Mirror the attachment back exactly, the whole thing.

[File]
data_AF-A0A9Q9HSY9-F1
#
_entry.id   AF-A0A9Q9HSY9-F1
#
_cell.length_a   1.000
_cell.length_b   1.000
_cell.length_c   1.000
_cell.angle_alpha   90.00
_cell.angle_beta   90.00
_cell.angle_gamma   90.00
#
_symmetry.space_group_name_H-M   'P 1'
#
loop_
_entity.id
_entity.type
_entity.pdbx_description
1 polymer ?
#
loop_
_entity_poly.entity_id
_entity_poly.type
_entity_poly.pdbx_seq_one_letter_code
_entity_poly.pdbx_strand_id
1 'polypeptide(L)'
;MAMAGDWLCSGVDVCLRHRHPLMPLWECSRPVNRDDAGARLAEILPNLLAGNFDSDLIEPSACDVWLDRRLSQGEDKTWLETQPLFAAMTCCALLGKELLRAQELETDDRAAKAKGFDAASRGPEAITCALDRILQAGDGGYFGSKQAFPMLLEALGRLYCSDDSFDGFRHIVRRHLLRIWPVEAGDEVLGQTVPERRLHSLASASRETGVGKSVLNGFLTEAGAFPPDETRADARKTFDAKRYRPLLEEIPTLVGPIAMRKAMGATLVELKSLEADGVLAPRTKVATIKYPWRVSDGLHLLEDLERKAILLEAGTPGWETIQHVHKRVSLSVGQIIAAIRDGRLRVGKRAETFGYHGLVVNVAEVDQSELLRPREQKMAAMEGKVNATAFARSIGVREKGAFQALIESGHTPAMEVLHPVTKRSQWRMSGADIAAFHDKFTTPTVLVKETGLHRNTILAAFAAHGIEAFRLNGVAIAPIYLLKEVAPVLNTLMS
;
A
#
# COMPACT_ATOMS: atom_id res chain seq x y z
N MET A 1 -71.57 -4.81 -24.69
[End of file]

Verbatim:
data_AF-A0A9Q9HSY9-F1
#
_entry.id   AF-A0A9Q9HSY9-F1
#
_cell.length_a   1.000
_cell.length_b   1.000
_cell.length_c   1.000
_cell.angle_alpha   90.00
_cell.angle_beta   90.00
_cell.angle_gamma   90.00
#
_symmetry.space_group_name_H-M   'P 1'
#
loop_
_entity.id
_entity.type
_entity.pdbx_description
1 polymer ?
#
loop_
_entity_poly.entity_id
_entity_poly.type
_entity_poly.pdbx_seq_one_letter_code
_entity_poly.pdbx_strand_id
1 'polypeptide(L)'
;MAMAGDWLCSGVDVCLRHRHPLMPLWECSRPVNRDDAGARLAEILPNLLAGNFDSDLIEPSACDVWLDRRLSQGEDKTWLETQPLFAAMTCCALLGKELLRAQELETDDRAAKAKGFDAASRGPEAITCALDRILQAGDGGYFGSKQAFPMLLEALGRLYCSDDSFDGFRHIVRRHLLRIWPVEAGDEVLGQTVPERRLHSLASASRETGVGKSVLNGFLTEAGAFPPDETRADARKTFDAKRYRPLLEEIPTLVGPIAMRKAMGATLVELKSLEADGVLAPRTKVATIKYPWRVSDGLHLLEDLERKAILLEAGTPGWETIQHVHKRVSLSVGQIIAAIRDGRLRVGKRAETFGYHGLVVNVAEVDQSELLRPREQKMAAMEGKVNATAFARSIGVREKGAFQALIESGHTPAMEVLHPVTKRSQWRMSGADIAAFHDKFTTPTVLVKETGLHRNTILAAFAAHGIEAFRLNGVAIAPIYLLKEVAPVLNTLMS
;
A
#
# COMPACT_ATOMS: atom_id res chain seq x y z
N MET A 1 -71.57 -4.81 -24.69